A heavily planted aquarium with CO2

Giving CO2 a Try

Most of my resistance to setting up a tank with CO2 has been my concern for the well being of my fish, though the extra work wasn’t really making it all that appealing for me either. I finally was convinced to give it a try during the 2006 Aquatic Gardeners Association convention. It had been mentioned to me that everybody else was doing it and since I wrote about planted tanks I should try it too, which is a valid point. But the final bit of information that made me decide was the talk by Ole Pedersen from Tropica of Denmark. He had slides with the figures for the CO2 rates in naturally occurring waters in Europe, and some of them were even higher than the levels suggested for aquariums.

I was convinced to give it a try. I had purchased quite a few harder to find plants at the convention and I really wanted to get them growing before trying them in my other tanks.

I set my CO2 tank up with potting soil in the bottom layer then a thin layer with old black sand from another tank to keep the potting soil firmly down and then a final layer of black gravel. It's pretty basic for a CO2 tank. There are several premixed substrates available at many pet stores, but I had potting soil on hand and had used compost in pots for several of my aquatic plants previously with good results.

For the CO2 I purchased a small unit at a pet store. These are basically the same method as the Do-It-Yourself models but a little nicer looking and I didn’t have to make it. They are reasonably priced. Some of the other CO2 methods, using tanks of the gas, can be quite a bit more expensive, though they also can give you more CO2. They also don’t need to re-set them up every couple of weeks when your yeast factory burns out.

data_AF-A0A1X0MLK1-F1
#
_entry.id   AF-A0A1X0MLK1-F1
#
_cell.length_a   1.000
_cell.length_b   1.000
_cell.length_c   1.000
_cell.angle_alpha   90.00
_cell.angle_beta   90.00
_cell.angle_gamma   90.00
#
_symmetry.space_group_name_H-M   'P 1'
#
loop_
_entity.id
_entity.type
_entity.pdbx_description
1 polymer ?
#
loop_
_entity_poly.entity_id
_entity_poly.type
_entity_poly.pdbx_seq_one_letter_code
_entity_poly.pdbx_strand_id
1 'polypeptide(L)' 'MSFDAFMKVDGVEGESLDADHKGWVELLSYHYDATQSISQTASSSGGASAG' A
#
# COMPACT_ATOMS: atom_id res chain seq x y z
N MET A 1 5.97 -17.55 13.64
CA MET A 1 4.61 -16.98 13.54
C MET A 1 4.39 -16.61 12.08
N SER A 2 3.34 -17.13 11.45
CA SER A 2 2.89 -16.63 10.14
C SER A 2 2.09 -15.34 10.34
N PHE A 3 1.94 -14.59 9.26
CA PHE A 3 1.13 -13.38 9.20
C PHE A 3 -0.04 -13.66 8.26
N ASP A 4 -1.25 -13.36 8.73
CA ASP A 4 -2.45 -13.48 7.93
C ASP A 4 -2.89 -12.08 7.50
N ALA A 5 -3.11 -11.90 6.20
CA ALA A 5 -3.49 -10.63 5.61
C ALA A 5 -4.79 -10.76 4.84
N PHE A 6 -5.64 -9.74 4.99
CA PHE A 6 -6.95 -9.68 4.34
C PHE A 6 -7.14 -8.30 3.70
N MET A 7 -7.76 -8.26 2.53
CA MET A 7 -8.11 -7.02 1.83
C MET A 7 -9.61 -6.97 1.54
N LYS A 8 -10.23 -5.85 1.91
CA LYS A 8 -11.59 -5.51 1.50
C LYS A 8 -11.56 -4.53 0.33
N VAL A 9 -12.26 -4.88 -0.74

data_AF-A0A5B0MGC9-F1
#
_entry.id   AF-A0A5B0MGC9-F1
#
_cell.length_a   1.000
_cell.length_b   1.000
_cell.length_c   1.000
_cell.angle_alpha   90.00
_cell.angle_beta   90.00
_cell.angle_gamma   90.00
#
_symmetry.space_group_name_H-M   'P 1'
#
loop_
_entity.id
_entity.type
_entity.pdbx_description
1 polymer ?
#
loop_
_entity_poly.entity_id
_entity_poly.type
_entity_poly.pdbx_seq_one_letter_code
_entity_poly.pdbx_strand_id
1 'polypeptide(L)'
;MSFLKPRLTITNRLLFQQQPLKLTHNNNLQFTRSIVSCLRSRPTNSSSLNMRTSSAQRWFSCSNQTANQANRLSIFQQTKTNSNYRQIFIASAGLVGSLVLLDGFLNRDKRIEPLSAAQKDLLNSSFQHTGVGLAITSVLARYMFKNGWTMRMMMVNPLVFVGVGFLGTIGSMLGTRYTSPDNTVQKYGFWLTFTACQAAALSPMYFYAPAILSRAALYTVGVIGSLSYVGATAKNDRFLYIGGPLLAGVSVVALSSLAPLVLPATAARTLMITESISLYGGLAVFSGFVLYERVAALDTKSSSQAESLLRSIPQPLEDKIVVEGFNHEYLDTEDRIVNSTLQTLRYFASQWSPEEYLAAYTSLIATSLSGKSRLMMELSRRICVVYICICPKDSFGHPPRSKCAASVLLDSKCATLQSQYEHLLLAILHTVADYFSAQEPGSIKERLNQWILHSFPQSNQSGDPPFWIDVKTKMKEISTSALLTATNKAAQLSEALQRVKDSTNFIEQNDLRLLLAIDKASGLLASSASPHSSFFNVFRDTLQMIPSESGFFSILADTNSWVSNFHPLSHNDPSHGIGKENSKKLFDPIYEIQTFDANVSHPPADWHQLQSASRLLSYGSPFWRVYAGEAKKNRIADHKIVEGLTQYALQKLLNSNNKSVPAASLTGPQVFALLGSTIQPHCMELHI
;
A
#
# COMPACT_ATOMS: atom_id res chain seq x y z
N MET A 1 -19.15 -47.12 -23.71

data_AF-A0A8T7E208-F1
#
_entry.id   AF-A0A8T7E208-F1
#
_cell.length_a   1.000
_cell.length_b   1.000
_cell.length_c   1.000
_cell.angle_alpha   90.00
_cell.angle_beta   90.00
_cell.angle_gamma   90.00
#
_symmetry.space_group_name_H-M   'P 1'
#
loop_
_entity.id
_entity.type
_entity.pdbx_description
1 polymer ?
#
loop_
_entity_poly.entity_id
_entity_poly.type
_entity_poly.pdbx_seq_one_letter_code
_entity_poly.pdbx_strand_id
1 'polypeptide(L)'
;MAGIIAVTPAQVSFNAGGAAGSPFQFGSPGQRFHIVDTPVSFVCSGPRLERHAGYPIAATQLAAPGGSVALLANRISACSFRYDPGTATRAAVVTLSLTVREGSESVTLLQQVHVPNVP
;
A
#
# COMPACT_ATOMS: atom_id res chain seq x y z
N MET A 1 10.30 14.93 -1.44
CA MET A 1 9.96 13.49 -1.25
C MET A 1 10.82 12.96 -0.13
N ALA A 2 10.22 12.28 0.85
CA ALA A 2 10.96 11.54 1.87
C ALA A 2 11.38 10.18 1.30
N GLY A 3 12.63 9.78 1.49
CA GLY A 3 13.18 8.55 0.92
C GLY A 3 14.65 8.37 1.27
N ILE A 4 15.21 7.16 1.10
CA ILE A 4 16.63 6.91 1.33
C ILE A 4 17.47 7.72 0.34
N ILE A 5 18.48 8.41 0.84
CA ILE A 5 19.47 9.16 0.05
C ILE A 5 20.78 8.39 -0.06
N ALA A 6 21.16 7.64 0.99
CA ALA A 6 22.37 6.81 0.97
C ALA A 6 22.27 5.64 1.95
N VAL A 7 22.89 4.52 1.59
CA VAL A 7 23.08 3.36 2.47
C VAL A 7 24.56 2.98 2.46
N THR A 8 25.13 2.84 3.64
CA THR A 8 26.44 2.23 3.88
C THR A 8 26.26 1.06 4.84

Extra Work for Improved Growth

With CO2 your plants will grow much faster. At first I was having a bit of trouble with algae and green water but that has mostly cleared up. Bi-weekly water changes were necessary at first but after a couple months weekly water changes seem to work.

For lighting I’m using 2 fixtures each with 2, T-5 bulbs. I tried using just one fixture but found it didn’t light the whole tank front to back, and it didn’t seem that all the plants were getting enough light. So I added a second fixture which really seems to have helped.

I’ve been dosing the tank with a variety of fertilizers. I had a little cache built up from aquarium club raffles. The plants use up the nutrients quite quickly in a tank with good lighting and CO2 and I can definitely notice problems in the plants when I stop dosing. Different plants show different issues, curled leaves, changes in color, and smaller leaves are some of the problems that crop up when I don’t keep up with at least weekly water changes and adding regular. I’ve also found the CO2 unit lasts about 2 weeks before it starts slowing and needs changed. All this means this tank is a lot more labor intensive than my other aquariums.

All this extra work does produce incredible plant growth and allows me to grow plants that I didn’t do well with before. The fast growth does add even more extra work to the tank keeping it trimmed. Weekly trimmings are really necessary to keep it looking good. If I wait a couple weeks it starts really getting out of hand. What has been the most amusing to me is the Glossostigma. This is a plant that I tried several time with only very moderate success. In the high light, regularly fertilized, CO2 tank it truly grows like a weed, easily covering everything else, including itself.